The analyst noted that those wallets represent more than half of the total BTC supply, adding that consistent accumulation placed pressure on BTC’s marketable supply, “making the asset subject to a jump in volatility amid growing demand.” According to Humiston, this helps explain the surge above $50,000.

He added that Kraken Intelligence has found that, while markets initially sell-off in response to negative headlines from China, historically, BTC “went on to rally more than +50% in the 90 days that followed.”

Whales and long-term holders may not have been the only ones accumulating BTC after the ban, as data from Glassnode shows the number of BTC addresses holding over one coin reached a four-month high this week.

Marie Tatibouet, chief marketing officer at cryptocurrency exchange, said that Federal Reserve Chairman Jerome Powell’s statement that the Fed has no intention of banning Bitcoin could also have led to the accumulation.

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Unique Bitcoin addresses

While other factors such as the United States’ response to China’s cryptocurrency ban may explain Bitcoin’s price recovery, the number of unique Bitcoin addresses being used on the blockchain has also been increasing.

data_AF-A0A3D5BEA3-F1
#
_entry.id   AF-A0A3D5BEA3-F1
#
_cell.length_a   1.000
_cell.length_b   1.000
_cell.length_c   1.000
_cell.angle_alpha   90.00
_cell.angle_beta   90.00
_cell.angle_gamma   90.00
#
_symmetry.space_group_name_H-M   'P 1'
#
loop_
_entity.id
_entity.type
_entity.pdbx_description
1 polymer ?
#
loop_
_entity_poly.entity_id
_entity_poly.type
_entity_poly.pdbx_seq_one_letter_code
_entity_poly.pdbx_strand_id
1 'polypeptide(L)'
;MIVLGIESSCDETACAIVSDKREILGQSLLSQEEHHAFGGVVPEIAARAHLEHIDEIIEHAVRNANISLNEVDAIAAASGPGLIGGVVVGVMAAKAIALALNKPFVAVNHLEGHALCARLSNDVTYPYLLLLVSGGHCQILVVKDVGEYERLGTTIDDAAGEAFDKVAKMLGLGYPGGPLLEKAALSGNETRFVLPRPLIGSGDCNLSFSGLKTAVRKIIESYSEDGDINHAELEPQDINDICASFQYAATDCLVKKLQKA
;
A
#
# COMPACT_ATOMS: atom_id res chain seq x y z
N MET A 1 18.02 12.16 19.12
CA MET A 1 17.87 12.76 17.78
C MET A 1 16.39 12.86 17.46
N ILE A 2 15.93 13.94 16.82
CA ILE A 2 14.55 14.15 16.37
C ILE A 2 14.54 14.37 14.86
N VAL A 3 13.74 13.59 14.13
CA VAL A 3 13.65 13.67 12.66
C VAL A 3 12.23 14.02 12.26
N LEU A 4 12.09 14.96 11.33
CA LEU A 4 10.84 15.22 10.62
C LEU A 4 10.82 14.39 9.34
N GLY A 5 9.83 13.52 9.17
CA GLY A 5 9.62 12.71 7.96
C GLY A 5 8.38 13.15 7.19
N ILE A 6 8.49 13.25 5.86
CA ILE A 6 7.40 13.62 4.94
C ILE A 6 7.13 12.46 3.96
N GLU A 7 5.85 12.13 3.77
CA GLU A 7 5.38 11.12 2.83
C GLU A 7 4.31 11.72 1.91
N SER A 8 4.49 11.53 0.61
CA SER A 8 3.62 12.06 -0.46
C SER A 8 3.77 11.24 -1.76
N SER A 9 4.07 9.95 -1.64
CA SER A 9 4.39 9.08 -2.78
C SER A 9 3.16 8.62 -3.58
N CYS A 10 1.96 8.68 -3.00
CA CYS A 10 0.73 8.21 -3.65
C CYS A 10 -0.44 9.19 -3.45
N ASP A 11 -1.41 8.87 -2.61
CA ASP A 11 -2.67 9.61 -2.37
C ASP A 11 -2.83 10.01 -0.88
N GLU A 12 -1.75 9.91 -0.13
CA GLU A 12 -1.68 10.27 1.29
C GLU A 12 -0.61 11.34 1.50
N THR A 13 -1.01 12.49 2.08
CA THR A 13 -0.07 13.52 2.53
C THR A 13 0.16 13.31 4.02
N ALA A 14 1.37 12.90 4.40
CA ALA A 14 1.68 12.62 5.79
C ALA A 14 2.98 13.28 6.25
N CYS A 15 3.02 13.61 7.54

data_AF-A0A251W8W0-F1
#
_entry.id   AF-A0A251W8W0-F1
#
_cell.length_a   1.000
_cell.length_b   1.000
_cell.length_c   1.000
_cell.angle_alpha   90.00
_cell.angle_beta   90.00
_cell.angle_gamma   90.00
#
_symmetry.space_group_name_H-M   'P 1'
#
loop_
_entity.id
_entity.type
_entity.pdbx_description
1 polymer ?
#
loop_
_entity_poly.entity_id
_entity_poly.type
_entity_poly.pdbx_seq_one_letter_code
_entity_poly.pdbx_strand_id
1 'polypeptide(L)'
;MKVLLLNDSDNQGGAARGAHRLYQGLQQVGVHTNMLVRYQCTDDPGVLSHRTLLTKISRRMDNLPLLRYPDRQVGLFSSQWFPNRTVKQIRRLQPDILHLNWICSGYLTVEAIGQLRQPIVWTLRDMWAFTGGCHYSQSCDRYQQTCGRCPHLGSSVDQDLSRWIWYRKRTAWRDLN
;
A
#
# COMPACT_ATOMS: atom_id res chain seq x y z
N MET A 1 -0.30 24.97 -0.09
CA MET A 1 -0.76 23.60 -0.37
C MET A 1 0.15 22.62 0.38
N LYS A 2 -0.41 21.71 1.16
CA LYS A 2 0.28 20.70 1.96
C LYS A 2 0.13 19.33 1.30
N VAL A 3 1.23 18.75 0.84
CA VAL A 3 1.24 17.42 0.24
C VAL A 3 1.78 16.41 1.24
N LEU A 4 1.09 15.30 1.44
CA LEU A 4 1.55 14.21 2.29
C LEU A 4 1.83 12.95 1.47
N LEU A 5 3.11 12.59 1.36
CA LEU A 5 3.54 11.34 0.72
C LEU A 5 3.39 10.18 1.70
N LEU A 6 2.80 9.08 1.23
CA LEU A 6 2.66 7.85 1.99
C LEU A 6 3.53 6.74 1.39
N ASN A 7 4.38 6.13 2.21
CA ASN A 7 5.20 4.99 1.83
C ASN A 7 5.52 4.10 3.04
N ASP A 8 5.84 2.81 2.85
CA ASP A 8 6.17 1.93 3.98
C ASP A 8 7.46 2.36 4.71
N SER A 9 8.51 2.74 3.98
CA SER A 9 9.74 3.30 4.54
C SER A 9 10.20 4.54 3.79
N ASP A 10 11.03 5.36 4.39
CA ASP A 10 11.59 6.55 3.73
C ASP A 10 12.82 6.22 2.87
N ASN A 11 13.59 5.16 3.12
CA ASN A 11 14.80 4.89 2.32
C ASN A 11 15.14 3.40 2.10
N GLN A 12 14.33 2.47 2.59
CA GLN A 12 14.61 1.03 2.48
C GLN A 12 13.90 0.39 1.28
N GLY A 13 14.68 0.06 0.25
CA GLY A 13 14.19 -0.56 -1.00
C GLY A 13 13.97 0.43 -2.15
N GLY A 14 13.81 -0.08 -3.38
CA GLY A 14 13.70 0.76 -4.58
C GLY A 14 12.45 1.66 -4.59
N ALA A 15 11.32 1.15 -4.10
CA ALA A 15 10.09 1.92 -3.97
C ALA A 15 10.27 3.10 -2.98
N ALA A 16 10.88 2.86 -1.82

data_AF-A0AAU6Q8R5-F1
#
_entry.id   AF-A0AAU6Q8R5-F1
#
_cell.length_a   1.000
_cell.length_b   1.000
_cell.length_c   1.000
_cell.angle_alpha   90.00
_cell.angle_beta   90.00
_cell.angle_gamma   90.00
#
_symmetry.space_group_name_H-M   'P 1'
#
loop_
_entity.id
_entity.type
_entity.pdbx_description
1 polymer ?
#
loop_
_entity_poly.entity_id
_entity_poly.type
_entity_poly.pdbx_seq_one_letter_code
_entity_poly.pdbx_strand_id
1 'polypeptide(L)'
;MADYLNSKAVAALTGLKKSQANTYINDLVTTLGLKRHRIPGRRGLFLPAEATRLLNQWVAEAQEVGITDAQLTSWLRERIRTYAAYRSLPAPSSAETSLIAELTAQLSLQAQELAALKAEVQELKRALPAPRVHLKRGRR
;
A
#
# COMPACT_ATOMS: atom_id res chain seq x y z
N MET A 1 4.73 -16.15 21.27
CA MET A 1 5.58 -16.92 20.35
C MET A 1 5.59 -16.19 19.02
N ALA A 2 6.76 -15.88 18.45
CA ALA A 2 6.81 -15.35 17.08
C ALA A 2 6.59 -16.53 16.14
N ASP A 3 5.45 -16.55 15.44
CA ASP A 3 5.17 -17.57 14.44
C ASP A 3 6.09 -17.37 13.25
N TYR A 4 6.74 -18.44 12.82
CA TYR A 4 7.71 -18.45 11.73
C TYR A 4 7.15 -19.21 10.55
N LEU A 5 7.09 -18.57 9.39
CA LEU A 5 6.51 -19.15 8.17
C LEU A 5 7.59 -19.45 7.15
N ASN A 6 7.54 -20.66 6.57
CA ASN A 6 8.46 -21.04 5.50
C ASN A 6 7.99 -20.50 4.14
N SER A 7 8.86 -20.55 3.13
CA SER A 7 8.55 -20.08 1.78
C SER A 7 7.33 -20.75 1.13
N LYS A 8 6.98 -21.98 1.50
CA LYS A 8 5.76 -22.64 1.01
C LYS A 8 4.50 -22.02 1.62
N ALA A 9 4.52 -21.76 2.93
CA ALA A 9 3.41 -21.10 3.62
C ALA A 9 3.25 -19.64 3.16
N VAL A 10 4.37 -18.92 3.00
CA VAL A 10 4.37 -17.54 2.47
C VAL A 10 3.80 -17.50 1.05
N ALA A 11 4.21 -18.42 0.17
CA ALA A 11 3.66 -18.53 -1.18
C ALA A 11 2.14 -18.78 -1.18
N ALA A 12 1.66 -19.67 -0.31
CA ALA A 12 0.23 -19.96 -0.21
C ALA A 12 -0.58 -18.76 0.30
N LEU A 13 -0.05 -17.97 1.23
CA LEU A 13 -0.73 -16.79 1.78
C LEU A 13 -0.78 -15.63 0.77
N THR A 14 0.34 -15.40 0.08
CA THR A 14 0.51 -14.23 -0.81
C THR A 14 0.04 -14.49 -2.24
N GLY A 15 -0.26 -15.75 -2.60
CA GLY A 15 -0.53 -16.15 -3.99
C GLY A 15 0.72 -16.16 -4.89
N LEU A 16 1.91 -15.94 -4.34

It’s impossible to know how many people use Bitcoin because any entity can generate hundreds, if not thousands, of addresses. Because most users only have one or two active addresses, unique address numbers are frequently used to gauge user levels on the blockchain.

Speaking to, Nick Jones, CEO and co-founder of cryptocurrency wallet and exchange Zumo, suggested that unique address usage may be increased as market participants are now more certain of what’s ahead:

“Markets like certainty. China banning crypto has been a recurring headline for so many years now that making a clean break brings much-needed clarity and is easily absorbed in the longer-term, just like we saw with the forced relocation of mining infrastructure out of China earlier in the year.”

The entrepreneur went on to say that it’s no coincidence that China is promoting its own central bank digital currency, implying that the move wasn’t made to make “any fundamental statement on crypto or the blockchain,” but rather to boost the adoption of its own digital currency.

According to Jack McDonald, CEO of crypto-asset custodian Standard Custody and Trust, China’s ban is a “good thing for confidence in crypto,” but market activity has been increasing as cryptocurrency markets historically trend upward in the fourth quarter.

Nonetheless, McDonald provided another explanation for the increasing number of distinct addresses:

“It’s moves like these that inspired Satoshi to create Bitcoin in the first place as an alternative to government-issued and controlled fiat currencies. China has always had strict capital controls on its citizens, so it makes sense that they would ban crypto, which has been a common way for its citizens to escape capital controls.”

Whether cryptocurrency market participants gained confidence from China’s all-out ban, simply ignored it and are expecting upward momentum in Q4, or adopted crypto to escape capital controls, one thing is certain: The market has been recovering over the last few months.